Blikkee wants to help travelers find the ~local~ spots - Baltimore


Jun. 5, 2017 12:28 pm

Blikkee wants to help travelers find the ~local~ spots

It's also for people who like to give advice (and get paid for it). We talked to cofounder Elan Kotz about developing the app, which is now live in Baltimore.

Blikkee cofounder Elan Kotz.

(Photo by Stephen Babcock)

Updated with clarification on Blikkee's launch. (6/19/17, 5:00 p.m.)

When traveling to an entirely new city, the question usually comes up: Where are the local spots? I.e., Forget this touristy trash, where’s the good stuff at?

With Blikkee, cofounders Elan Kotz and Jeffrey Dobin are looking to help get that question answered — by having the advice come from locals themselves.

Blikkee, which is available on iOS, brings a social approach to providing advice about what to see or where to eat on the neighborhood level. Users create a profile that has a picture, areas of expertise and a free tip. Then, anyone can swipe through to find a person who they think may give the best advice. Once there’s a connection made, the two can text about recommendations.

Kotz, who was part of the team that started The Food Market in Hampden, said he and Dobin initially tested the concept with a very low-tech method. They handed out postcards in New York with a number to text for travel recommendations.

“People started messaging us, and said, ‘Hey, I got your card. I’m looking for a great restaurant,'” he said.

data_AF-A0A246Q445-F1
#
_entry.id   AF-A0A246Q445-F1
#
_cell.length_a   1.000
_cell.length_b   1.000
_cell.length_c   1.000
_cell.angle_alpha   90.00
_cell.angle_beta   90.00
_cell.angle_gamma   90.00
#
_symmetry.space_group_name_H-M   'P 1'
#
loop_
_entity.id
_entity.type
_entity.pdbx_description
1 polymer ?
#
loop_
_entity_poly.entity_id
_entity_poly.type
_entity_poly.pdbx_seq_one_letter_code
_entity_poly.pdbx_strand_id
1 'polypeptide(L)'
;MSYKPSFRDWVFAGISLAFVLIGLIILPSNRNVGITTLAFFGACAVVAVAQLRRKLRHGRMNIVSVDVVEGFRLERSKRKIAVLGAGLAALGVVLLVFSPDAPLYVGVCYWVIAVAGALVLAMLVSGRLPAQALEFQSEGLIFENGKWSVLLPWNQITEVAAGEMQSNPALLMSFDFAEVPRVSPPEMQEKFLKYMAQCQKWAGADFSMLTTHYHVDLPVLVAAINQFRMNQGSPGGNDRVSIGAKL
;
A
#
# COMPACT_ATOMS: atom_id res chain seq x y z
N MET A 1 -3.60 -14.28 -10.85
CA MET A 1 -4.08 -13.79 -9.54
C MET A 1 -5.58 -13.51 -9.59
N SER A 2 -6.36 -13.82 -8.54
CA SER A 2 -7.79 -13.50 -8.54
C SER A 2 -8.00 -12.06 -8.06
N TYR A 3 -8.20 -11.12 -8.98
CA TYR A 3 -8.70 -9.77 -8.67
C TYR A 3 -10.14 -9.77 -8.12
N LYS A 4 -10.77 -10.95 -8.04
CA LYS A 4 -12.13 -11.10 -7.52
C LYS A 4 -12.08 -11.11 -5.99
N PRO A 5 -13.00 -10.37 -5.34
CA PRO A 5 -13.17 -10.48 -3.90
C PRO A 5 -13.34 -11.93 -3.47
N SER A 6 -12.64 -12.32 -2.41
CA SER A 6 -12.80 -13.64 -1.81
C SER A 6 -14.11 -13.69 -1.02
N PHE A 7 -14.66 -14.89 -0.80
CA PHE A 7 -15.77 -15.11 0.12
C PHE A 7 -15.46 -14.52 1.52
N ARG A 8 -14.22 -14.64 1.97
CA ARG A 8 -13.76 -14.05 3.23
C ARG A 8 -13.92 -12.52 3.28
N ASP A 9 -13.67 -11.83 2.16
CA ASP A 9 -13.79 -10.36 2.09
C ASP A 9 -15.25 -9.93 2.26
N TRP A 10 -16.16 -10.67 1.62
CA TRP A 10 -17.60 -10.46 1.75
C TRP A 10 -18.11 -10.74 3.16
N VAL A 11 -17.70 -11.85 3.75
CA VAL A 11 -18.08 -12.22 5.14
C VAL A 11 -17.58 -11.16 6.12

For the entrepreneurs, that was a sign — let’s even call it a minimum viable product — that they were onto something.

As Kotz and Dobin developed the app, they continued to gather feedback about what people wanted. They saw an opportunity for users to make some money by charging for advice. Kotz wasn’t completely convinced, so they did a survey and found that people were willing to pay a small amount. When people are on vacation or have per diem for work travel “they don’t mind spending to get what they want,” Kotz said the results showed.


Now the app has an option for users to make some money when they provide the advice along with getting the satisfaction of knowing they sent someone to a good spot.

They launched the app in May at the Collision Conference in New Orleans. A team of about six people are working at the company. Being based in Mt. Vernon, Kotz said it was also important to have Baltimore among the cities where it’s available. The app launched here in April.

“People are coming here for vacation and work and looking to experience it at a real, local level,” Kotz said. “It’s hard to tap into those local spots — and Baltimoreans love to get people to those local places.”

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